The Road to Morning Time: Bridging the Transitions

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Homeschooling the midst of transition is tough. New home, new baby, new job, illness, etc. Its difficult to keep balance in the midst of change. One of our biggest (and longest) seasons of transition came when I got pregnant, my husband graduated from grad school, we moved across the country, had a baby and moved back across the country again. It was a rough 18 months! Homeschooling looked different back then. For a while Morning Time became Afternoon Time! When the dust finally settled we found ourselves back in Florida with four small children and a rental house that felt like a small sanctuary, a soft landing place to heal and recover. Once the boxes were all unpacked I thought long and hard about what our homeschool would look like moving forward. I have these meetings with myself at least once a year. A days long session of “are we on the right track? what is the end goal? does our daily work point toward that end goal? who are my children becoming?” Four and  half years ago I stood in our new dining room and stared at the empty bookcase by the wall. It was the only space I had for my homeschool materials. Where were we going? How would we get there? What kind of foundation was I actively or passively laying?

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I took a deep breath and reminded myself, “Morning Time. I need Morning Time back on track. Before we start anything else, I need Morning Time again.”  By then I had learned that Morning Time was what worked best for our family. Some of our richest learning took place in those early minutes of the day. I knew that the familiarity of this family tradition would help bridge these days of change to the place I longed for us to settle into.

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I also sensed that my older children were capable of more. At this point in time they were 5, 4, 2, and nearly 1.  Our morning time consisted of prayer, a story, a poem, a song and math. I decided to play with the possibilities a bit. We would gather around the table, pray, eat breakfast, read a story and then progress to our new schedule. First we introduced a more in depth music time. Practicing rhythm, song exercises and learning new hymns. This would last 10 minutes on the dot! I never gave them a minute more no matter how much they begged. This ensured that the next day they would be excited for more music. Next we would work on our calendar, counting, days of the week and our weekly poem. The two year old would typically color or play with playdoh during this time, though he is a tornado of personality so most days he would join in and answer all the questions before anyone else could.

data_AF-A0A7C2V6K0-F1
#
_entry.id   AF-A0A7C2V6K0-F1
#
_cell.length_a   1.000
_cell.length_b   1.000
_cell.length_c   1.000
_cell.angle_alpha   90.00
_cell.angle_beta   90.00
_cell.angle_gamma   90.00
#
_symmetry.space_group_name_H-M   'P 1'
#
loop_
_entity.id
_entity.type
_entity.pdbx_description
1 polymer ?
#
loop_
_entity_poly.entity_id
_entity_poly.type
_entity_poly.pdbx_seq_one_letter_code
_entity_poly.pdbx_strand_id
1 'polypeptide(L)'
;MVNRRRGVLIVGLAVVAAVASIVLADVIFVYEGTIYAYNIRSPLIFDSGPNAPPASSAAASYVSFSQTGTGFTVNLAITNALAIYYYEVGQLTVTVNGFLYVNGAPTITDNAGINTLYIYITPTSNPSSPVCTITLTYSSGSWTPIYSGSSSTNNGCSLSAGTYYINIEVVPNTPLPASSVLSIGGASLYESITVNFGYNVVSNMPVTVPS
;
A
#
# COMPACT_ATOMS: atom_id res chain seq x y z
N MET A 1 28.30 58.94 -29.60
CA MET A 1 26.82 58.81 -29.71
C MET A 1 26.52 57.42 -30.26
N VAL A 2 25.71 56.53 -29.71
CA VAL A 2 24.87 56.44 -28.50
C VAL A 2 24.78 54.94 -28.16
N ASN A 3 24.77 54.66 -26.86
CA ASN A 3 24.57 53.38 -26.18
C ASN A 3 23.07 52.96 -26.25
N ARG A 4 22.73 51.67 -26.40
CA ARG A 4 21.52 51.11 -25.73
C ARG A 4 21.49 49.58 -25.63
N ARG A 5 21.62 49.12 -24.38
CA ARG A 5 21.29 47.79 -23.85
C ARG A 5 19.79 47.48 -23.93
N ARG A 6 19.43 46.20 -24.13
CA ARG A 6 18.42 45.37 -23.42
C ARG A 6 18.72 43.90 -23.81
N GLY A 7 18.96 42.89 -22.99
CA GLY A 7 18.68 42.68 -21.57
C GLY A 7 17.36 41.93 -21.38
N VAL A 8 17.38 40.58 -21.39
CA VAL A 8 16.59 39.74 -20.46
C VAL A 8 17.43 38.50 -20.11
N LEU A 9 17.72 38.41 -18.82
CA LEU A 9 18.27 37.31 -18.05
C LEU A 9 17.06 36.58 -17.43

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By now the boys would be hungry again, so a snack was in order. This is the time of day when I would go with them to the kitchen and teach them a new skill or supervise one they were in the midst of mastering. Learning how to squeeze juice, make toast, slice cheese, core an apple, etc. I still had a reserve of patience at this time of day and I was more willing to sit and instruct them in snack preparation. By the time dinner rolled around I just needed to whip up something quickly and easily without kids underfoot. Morning snack was the perfect opportunity to foster independence in a slow and steady way.

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Next, we had our nature study time. Having a baby made me less willing to spend countless hours outdoors. The boys would go outside and play for awhile and then they would return and we would learn about a new animals or plant. We would take turns learning how to draw that animal or plant. Then my kids each had a turn to “report” on what we learned. One of my boys, a budding zoologist, pretended to be a veterinarian with his own TV show. He would take on the vocal cadence of Sir Attenborough and recite all he had learned while the other children watched, captivated by their brother’s excitement and joy. This taught me that embracing your children’s interests a few times a week goes a long way with them. Listening to your son talk endlessly about trucks or bugs or dinosaurs helps build a relationship of listening. Asking questions builds curiosity and dialogue. It also slowly sets the stage for reciprocal listening. “Remember yesterday when you told me all about trucks and I asked questions and you answered them and we had so much fun? Today, I thought I would share with you about _________, afterwards we can ask more questions and we’ll have so much fun!”

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Don’t fast forward through transitions, use them wisely! Embrace the changing seasons by digging deep right where you are. If you have a baby on your hip, enjoy that baby. You don’t have to teach ALL the things ALL at once. Start somewhere small and slowly add new things in. If you can only add one or two things, that is just fine. In fact, its wonderful that you can recognize your current boundaries. One day you will be able to add more.  Babies don’t keep. Toddlers grow into preschoolers. There is time ahead for all the extras.

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